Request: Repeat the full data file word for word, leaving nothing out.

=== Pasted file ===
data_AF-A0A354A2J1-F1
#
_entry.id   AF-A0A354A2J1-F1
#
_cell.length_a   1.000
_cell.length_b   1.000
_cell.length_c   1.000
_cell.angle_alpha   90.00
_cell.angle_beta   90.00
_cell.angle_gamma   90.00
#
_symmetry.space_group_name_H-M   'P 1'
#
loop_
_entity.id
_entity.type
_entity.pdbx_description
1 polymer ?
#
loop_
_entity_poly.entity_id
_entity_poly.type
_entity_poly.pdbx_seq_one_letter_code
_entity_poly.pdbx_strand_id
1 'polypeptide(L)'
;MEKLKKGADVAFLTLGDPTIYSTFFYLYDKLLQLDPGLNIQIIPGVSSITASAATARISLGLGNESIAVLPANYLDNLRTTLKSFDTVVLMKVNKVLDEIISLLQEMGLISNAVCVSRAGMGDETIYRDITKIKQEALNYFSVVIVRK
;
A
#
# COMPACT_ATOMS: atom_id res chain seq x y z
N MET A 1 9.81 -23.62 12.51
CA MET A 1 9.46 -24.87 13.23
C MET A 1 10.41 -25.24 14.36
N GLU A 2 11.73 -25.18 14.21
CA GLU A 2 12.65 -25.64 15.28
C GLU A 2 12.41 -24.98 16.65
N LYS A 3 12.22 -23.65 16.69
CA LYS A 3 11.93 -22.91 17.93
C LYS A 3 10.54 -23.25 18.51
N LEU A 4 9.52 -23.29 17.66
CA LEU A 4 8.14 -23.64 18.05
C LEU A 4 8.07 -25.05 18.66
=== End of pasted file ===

data_AF-A0A354A2J1-F1
#
_entry.id   AF-A0A354A2J1-F1
#
_cell.length_a   1.000
_cell.length_b   1.000
_cell.length_c   1.000
_cell.angle_alpha   90.00
_cell.angle_beta   90.00
_cell.angle_gamma   90.00
#
_symmetry.space_group_name_H-M   'P 1'
#
loop_
_entity.id
_entity.type
_entity.pdbx_description
1 polymer ?
#
loop_
_entity_poly.entity_id
_entity_poly.type
_entity_poly.pdbx_seq_one_letter_code
_entity_poly.pdbx_strand_id
1 'polypeptide(L)'
;MEKLKKGADVAFLTLGDPTIYSTFFYLYDKLLQLDPGLNIQIIPGVSSITASAATARISLGLGNESIAVLPANYLDNLRTTLKSFDTVVLMKVNKVLDEIISLLQEMGLISNAVCVSRAGMGDETIYRDITKIKQEALNYFSVVIVRK
;
A
#
# COMPACT_ATOMS: atom_id res chain seq x y z
N MET A 1 9.81 -23.62 12.51
CA MET A 1 9.46 -24.87 13.23
C MET A 1 10.41 -25.24 14.36
N GLU A 2 11.73 -25.18 14.21
CA GLU A 2 12.65 -25.64 15.28
C GLU A 2 12.41 -24.98 16.65
N LYS A 3 12.22 -23.65 16.69
CA LYS A 3 11.93 -22.91 17.93
C LYS A 3 10.54 -23.25 18.51
N LEU A 4 9.52 -23.29 17.66
CA LEU A 4 8.14 -23.64 18.05
C LEU A 4 8.07 -25.05 18.66